• Access trillions of bits of on-demand data
  • Use semantic import to enrich your data using Wolfram curated data
  • Easily turn static examples into mouse-driven, dynamic applications
  • Access 10,000 free course-ready applications
  • Utilize the Wolfram Language's wide scope of built-in functions, or create your own
  • Get deep support for specialized areas including machine learning, time series, image processing, parallelization, and control systems, with no add-ons required

Current users will benefit from seeing the many improvements and new features of Mathematica 11 (https://www.wolfram.com/mathematica/new-in-11/), but prior knowledge of Mathematica is not required

About the speaker: Dr. William Peters is a research scientist II at the University of Tennessee & Oak Ridge National Laboratory through the Joint Institute for Nuclear Physics and Applications.

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How to Improve Your Non-Destructive Assay With Nuclear Physics

Speaker: Dr. William Peters
Date: Wednesday, March 29, 2017
Time: 4pm
Room: 205 Currens Hall

Abstract: The detection of enriched uranium and other special nuclear material is of particular importance to nonproliferation monitoring and radiological clean-up efforts around the globe. Fluorine (19F) is commonly used with actinide compounds (e.g., UF6, UF4, PuF4) in the nuclear fuel cycle and for long term storage in large barrels. The 19F(α,n)22Na reaction, driven by the α particles from actinide-decay, generates a neutron signal that can be used to determine the quantity of enriched material inside a container without disturbing the contents; a non-destructive assay (NDA). The accuracy of this assay depends linearly on the poorly-known 19F(α,n)22Na cross section. I will present results from a project funded by the National Nuclear Security Administration is to measure the 19F(α,n)22Na cross section using the Versatile Array of Neutron Detectors at Low Energy (VANDLE) with both fluorine and α beams. Our results reduced the uncertainty of this method of NDA considerably and the project team was just awarded a Joule Award from the NNSA. The project was a collaborative effort including Idaho National Laboratory, Oak Ridge National Laboratory, and students from Rutgers University, the University of Tennessee, and the University of Notre Dame. Details of the experiments as well as the results and implications will be presented. I will also discuss recent results from a similar 13C(α,n) measurement and future plans for other applied and basic research.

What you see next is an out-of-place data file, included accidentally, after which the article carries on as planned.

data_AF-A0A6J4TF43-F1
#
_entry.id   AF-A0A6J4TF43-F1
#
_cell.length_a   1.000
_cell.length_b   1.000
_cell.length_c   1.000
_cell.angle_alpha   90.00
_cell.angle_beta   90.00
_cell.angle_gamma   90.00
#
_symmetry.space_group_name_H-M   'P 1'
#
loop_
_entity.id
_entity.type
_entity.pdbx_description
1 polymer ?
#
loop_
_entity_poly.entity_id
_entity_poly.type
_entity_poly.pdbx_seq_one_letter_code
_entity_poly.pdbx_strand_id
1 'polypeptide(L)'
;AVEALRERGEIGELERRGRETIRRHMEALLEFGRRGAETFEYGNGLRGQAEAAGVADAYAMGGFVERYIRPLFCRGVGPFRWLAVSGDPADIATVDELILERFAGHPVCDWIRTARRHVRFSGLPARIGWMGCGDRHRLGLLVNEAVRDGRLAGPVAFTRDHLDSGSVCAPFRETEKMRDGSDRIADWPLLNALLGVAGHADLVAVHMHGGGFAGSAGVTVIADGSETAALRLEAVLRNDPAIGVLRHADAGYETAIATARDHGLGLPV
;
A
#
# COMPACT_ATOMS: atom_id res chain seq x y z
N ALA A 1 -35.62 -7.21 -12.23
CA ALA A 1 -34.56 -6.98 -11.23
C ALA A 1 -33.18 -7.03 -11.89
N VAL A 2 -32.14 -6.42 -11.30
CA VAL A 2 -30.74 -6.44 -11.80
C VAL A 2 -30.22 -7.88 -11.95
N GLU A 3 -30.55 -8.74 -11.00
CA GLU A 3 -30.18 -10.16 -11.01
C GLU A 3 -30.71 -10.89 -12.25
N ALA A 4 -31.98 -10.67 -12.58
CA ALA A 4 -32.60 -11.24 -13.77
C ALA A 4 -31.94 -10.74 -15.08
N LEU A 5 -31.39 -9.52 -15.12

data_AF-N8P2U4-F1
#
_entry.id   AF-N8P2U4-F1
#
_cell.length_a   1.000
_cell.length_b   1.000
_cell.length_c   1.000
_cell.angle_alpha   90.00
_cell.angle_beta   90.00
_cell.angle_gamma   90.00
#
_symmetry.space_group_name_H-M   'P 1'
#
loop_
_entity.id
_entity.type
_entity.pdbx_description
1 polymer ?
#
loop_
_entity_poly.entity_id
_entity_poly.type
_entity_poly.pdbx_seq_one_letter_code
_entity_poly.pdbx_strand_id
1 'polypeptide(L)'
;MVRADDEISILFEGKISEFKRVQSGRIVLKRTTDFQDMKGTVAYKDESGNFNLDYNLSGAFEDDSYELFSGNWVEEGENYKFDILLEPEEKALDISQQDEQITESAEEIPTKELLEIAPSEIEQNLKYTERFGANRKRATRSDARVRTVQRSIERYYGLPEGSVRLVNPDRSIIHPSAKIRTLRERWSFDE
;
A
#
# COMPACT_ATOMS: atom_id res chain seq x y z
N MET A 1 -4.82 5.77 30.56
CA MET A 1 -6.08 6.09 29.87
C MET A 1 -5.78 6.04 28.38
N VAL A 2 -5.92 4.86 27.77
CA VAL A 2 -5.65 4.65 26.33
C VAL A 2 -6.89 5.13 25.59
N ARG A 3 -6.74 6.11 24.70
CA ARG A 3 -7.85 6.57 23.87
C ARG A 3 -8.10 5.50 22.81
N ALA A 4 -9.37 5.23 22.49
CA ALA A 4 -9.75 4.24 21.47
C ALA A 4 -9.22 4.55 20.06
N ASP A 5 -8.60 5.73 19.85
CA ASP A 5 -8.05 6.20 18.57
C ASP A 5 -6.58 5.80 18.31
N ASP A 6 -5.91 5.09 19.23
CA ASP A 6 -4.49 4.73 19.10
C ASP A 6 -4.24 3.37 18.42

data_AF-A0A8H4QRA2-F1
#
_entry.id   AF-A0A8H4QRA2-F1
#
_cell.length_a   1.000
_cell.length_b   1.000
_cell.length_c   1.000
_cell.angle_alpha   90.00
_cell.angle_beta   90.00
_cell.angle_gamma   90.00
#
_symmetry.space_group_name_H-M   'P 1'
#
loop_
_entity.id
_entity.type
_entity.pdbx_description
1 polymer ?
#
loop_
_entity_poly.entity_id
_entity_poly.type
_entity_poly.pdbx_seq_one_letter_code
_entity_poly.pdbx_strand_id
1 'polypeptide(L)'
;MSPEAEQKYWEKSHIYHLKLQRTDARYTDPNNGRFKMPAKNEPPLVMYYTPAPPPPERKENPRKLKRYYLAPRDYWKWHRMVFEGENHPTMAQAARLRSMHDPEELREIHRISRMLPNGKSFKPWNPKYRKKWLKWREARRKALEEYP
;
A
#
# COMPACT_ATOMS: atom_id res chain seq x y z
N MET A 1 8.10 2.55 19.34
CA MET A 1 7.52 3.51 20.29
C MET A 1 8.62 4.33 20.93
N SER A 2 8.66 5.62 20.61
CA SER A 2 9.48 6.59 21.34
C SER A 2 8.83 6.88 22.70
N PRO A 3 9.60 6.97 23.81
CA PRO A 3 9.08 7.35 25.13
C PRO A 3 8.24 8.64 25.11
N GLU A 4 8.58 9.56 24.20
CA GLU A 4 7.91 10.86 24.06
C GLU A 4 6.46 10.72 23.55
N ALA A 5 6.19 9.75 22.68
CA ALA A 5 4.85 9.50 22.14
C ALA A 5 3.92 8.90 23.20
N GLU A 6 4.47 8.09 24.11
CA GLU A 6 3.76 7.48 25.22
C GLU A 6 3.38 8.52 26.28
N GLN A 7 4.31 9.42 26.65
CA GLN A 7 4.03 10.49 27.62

About the speaker: Dr. William Peters is a research scientist II at the University of Tennessee & Oak Ridge National Laboratory through the Joint Institute for Nuclear Physics and Applications.

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Optically Faint Compact Radio Sources

Speaker: Mr. Jacob Brown
Date: Friday, February 17, 2017
Time: 4pm
Room: 205 Currens Hall

Abstract: The Optical-Faint Compact Radio Sources or OFCORS are a sample of 135 radio sources selected from the Radio Fundamental Catalog (RFC). These sources are completely invisible from the optical data taken by the Sloan Digital Sky Survey (SDSS), despite the fact that they are extremely strong radio sources. They have accurate VLBI positions, have ultra-compact radio morphologies (>10 mas), and have median radio flux density of ~ 100 mJy or greater. While it is natural to guess that the OFCORS are powerful AGN, their exact nature is unclear. To understand their nature, we have been performing a multi-wavelength study over the optical, infrared, and radio regimes. In this talk, I will present the details of this new study.

About the speaker: Mr. Jacob Brown is a Physics graduate of Western Illinois University with a BS in Physics and Mathematics, 2009; and a MS in Physics in 2011. He was a Physics Teaching Support Assistant during 2009-2011. Currently, he is attending the University of Missouri in Columbia where he will graduate May 17, 2017 with a Ph.D. in Physics and a minor in College Teaching.